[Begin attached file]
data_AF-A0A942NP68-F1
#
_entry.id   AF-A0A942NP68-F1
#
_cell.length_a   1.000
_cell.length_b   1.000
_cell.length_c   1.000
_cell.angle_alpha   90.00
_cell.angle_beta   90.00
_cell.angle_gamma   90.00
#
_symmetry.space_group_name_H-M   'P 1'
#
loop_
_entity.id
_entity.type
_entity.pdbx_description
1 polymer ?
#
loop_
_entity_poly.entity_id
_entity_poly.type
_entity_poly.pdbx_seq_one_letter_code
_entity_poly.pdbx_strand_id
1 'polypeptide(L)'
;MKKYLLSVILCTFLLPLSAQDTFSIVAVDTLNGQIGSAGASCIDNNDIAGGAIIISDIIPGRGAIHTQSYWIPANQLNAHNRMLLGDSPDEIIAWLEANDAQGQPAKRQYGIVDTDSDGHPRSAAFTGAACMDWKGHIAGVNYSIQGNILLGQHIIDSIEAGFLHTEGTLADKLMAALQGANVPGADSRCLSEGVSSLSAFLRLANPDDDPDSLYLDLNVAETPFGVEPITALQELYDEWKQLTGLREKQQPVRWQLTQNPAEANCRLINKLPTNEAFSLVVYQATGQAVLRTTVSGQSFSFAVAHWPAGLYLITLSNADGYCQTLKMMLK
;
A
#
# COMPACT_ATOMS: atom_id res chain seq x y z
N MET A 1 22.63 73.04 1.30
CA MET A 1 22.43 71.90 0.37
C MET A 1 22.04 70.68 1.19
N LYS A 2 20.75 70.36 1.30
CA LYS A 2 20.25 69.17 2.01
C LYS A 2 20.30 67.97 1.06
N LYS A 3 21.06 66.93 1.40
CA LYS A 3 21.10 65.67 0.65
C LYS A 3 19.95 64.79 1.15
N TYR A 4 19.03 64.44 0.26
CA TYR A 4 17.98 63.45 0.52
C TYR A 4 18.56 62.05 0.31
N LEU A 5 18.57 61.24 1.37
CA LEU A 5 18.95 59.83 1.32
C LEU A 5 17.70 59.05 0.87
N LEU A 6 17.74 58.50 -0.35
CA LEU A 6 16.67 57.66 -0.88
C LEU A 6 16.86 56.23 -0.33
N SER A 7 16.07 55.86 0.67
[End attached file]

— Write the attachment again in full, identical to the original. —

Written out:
data_AF-A0A942NP68-F1
#
_entry.id   AF-A0A942NP68-F1
#
_cell.length_a   1.000
_cell.length_b   1.000
_cell.length_c   1.000
_cell.angle_alpha   90.00
_cell.angle_beta   90.00
_cell.angle_gamma   90.00
#
_symmetry.space_group_name_H-M   'P 1'
#
loop_
_entity.id
_entity.type
_entity.pdbx_description
1 polymer ?
#
loop_
_entity_poly.entity_id
_entity_poly.type
_entity_poly.pdbx_seq_one_letter_code
_entity_poly.pdbx_strand_id
1 'polypeptide(L)'
;MKKYLLSVILCTFLLPLSAQDTFSIVAVDTLNGQIGSAGASCIDNNDIAGGAIIISDIIPGRGAIHTQSYWIPANQLNAHNRMLLGDSPDEIIAWLEANDAQGQPAKRQYGIVDTDSDGHPRSAAFTGAACMDWKGHIAGVNYSIQGNILLGQHIIDSIEAGFLHTEGTLADKLMAALQGANVPGADSRCLSEGVSSLSAFLRLANPDDDPDSLYLDLNVAETPFGVEPITALQELYDEWKQLTGLREKQQPVRWQLTQNPAEANCRLINKLPTNEAFSLVVYQATGQAVLRTTVSGQSFSFAVAHWPAGLYLITLSNADGYCQTLKMMLK
;
A
#
# COMPACT_ATOMS: atom_id res chain seq x y z
N MET A 1 22.63 73.04 1.30
CA MET A 1 22.43 71.90 0.37
C MET A 1 22.04 70.68 1.19
N LYS A 2 20.75 70.36 1.30
CA LYS A 2 20.25 69.17 2.01
C LYS A 2 20.30 67.97 1.06
N LYS A 3 21.06 66.93 1.40
CA LYS A 3 21.10 65.67 0.65
C LYS A 3 19.95 64.79 1.15
N TYR A 4 19.03 64.44 0.26
CA TYR A 4 17.98 63.45 0.52
C TYR A 4 18.56 62.05 0.31
N LEU A 5 18.57 61.24 1.37
CA LEU A 5 18.95 59.83 1.32
C LEU A 5 17.70 59.05 0.87
N LEU A 6 17.74 58.50 -0.35
CA LEU A 6 16.67 57.66 -0.88
C LEU A 6 16.86 56.23 -0.33
N SER A 7 16.07 55.86 0.67